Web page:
Over in the U.K., similar processes were underway. WikiLeaks founder Julian Assange was disappeared from view (first in the Ecuadorian Embassy in London, then in Belmarsh high-security prison) for revealing war crimes committed by the West’s military-industrial complex – or, as liberals preferred to call it, the “defense industry.”

Wikileaks | Julian Assange Arrested

Assange arrives at Westminster Magistrates’ Court in London, April 11, 2019. Victoria Jones | PA via AP

The liberal Guardian exemplified the shift from at first vilifying Assange as a rapist (also, an evidence-free accusation) to portraying him as mentally disturbed: its journalists led the way in spreading fake news that he abused his cat and smeared feces over the walls of what amounted to his cell in the embassy.

The British and U.S. security services knew that by the time they engineered Assange’s seizure from the embassy in 2019, he would fit perfectly the image of the crazed dissident the Guardian had so meticulously crafted. Three months earlier, the CIA had gotten embassy staff to confiscate Assange’s shaving equipment. He was carried out, bearded, disheveled, and pale from lack of sunlight, looking like a mad hermit from Monty Python’s “Life Of Brian.” Or a “demented looking gnome,” as long-time Guardian columnist Suzanne Moore called him.

The actual U.S. charge against Assange, largely overlooked in all the messaging from liberal media like The Guardian, was the true insanity. He was accused of “espionage” for publishing evidence of U.S. war crimes – even though he wasn’t a U.S. citizen, had done none of his work in the U.S., and had not participated in any act, even had he been a U.S. citizen working in the U.S., that could realistically be characterized as spying.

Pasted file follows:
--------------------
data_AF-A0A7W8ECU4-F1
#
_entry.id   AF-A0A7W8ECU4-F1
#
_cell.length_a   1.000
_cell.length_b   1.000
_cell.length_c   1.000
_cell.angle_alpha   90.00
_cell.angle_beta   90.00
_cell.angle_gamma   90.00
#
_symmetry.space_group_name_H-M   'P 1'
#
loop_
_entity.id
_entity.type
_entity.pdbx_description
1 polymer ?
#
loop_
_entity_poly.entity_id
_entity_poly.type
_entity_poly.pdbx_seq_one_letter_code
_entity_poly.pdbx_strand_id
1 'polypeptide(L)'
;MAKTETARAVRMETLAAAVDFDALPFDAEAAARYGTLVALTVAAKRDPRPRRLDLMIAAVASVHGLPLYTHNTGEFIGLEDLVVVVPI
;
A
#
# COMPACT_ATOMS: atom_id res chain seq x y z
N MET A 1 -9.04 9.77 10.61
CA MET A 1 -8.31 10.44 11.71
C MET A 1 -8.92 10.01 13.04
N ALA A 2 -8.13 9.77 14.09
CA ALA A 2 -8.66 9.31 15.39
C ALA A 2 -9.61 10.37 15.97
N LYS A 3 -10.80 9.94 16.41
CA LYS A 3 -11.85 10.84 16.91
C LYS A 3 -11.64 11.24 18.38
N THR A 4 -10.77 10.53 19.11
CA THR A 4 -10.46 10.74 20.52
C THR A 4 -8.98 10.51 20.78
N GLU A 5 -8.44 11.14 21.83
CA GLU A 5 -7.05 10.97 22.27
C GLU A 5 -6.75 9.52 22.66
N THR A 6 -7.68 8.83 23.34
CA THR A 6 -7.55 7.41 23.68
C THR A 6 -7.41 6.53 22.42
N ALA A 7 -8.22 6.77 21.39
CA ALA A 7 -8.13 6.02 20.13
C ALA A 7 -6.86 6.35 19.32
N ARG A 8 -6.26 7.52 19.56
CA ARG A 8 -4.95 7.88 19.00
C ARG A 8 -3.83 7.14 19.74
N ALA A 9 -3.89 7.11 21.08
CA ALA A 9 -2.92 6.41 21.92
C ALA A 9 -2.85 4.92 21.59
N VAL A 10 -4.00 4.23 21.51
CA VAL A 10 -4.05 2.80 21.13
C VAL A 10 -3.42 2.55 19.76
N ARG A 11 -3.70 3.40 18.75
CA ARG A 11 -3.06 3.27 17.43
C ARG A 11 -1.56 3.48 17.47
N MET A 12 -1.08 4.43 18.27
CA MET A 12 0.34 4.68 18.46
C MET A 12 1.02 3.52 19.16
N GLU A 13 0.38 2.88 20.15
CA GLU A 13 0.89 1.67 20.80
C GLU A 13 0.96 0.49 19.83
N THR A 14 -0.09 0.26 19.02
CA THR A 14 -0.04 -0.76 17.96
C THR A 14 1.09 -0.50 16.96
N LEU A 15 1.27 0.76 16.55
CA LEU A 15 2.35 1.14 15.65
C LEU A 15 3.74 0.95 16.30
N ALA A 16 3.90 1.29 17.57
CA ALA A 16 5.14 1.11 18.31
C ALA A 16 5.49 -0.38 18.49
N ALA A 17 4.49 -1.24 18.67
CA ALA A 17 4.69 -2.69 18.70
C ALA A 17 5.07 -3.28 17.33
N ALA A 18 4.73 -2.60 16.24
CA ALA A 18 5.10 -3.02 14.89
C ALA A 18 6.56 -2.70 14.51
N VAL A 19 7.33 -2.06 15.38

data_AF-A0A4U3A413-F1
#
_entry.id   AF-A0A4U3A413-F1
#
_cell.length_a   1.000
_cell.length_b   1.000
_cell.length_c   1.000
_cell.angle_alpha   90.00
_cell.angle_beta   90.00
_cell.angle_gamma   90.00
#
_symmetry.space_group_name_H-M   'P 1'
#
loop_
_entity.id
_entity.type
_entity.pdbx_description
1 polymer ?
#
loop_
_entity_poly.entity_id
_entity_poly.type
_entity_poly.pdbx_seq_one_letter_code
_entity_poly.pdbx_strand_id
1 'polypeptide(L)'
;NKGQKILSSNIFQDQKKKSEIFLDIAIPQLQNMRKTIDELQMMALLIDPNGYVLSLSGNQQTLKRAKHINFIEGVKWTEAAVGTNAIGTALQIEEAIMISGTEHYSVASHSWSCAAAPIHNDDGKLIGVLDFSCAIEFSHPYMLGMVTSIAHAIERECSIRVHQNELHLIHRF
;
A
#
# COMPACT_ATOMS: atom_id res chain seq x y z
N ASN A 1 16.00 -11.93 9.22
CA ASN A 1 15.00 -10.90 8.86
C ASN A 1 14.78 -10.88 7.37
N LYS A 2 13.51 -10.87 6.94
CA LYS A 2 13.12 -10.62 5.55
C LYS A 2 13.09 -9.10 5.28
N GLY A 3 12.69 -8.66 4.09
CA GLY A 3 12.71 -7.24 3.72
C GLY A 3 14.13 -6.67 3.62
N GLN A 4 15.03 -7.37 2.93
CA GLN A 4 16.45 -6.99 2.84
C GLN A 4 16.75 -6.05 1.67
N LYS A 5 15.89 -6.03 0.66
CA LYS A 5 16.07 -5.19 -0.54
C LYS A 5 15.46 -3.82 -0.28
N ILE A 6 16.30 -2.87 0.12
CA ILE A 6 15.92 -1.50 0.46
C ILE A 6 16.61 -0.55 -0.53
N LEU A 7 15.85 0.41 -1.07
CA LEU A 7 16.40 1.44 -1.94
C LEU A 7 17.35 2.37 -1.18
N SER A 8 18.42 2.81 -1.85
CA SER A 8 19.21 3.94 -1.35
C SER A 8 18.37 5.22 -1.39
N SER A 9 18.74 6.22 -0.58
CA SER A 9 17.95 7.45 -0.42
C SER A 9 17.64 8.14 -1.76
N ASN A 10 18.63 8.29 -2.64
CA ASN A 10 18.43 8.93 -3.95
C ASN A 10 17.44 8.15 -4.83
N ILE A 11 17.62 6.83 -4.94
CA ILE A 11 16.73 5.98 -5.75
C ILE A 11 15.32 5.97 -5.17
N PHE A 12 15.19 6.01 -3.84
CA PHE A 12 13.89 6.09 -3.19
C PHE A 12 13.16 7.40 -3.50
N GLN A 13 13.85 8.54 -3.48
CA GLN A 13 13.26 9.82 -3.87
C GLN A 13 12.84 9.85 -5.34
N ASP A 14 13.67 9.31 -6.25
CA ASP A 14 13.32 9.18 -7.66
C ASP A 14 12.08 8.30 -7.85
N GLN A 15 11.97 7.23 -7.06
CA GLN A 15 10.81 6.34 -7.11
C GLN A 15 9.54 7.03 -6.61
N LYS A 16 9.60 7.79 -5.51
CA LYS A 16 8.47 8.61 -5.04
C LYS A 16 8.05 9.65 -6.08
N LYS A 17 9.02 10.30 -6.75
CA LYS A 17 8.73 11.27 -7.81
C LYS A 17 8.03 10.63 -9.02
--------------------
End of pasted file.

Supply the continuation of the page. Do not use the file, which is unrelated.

Digital gulag

It didn’t end there. Britain had its own version of Bernie Sanders, a left-wing insurgency candidate. But unlike Sanders, Jeremy Corbyn won the contest to become Labour Party leader, riding a wave of support from party members that shocked and incensed the Blairite centrists that had long controlled the party. Naturally, Corbyn’s success also infuriated the corporate media.

He was initially portrayed as a traitor. But soon liberal media like The Guardian were focusing on an entirely concocted charge that Corbyn was either a confirmed antisemite or wilfully indulged a strong antisemitic tendency within the party.

These confected allegations rarely operated at the political level. The subtext once again was that an enemy of the neoliberal order was unhinged, a man in the grip of irrational prejudice and demons he was incapable of slaying.

Corbyn’s supporters weren’t literally being wheeled off to the psychiatrist’s couch – not quite – but the implication was clear: those who voted or campaigned for him, like those who stood by Assange and his right not to be jailed for telling the truth, were a menace to wider society. They needed to be silenced, put in a digital gulag – enforced through algorithmic changes – as a first stage of containment.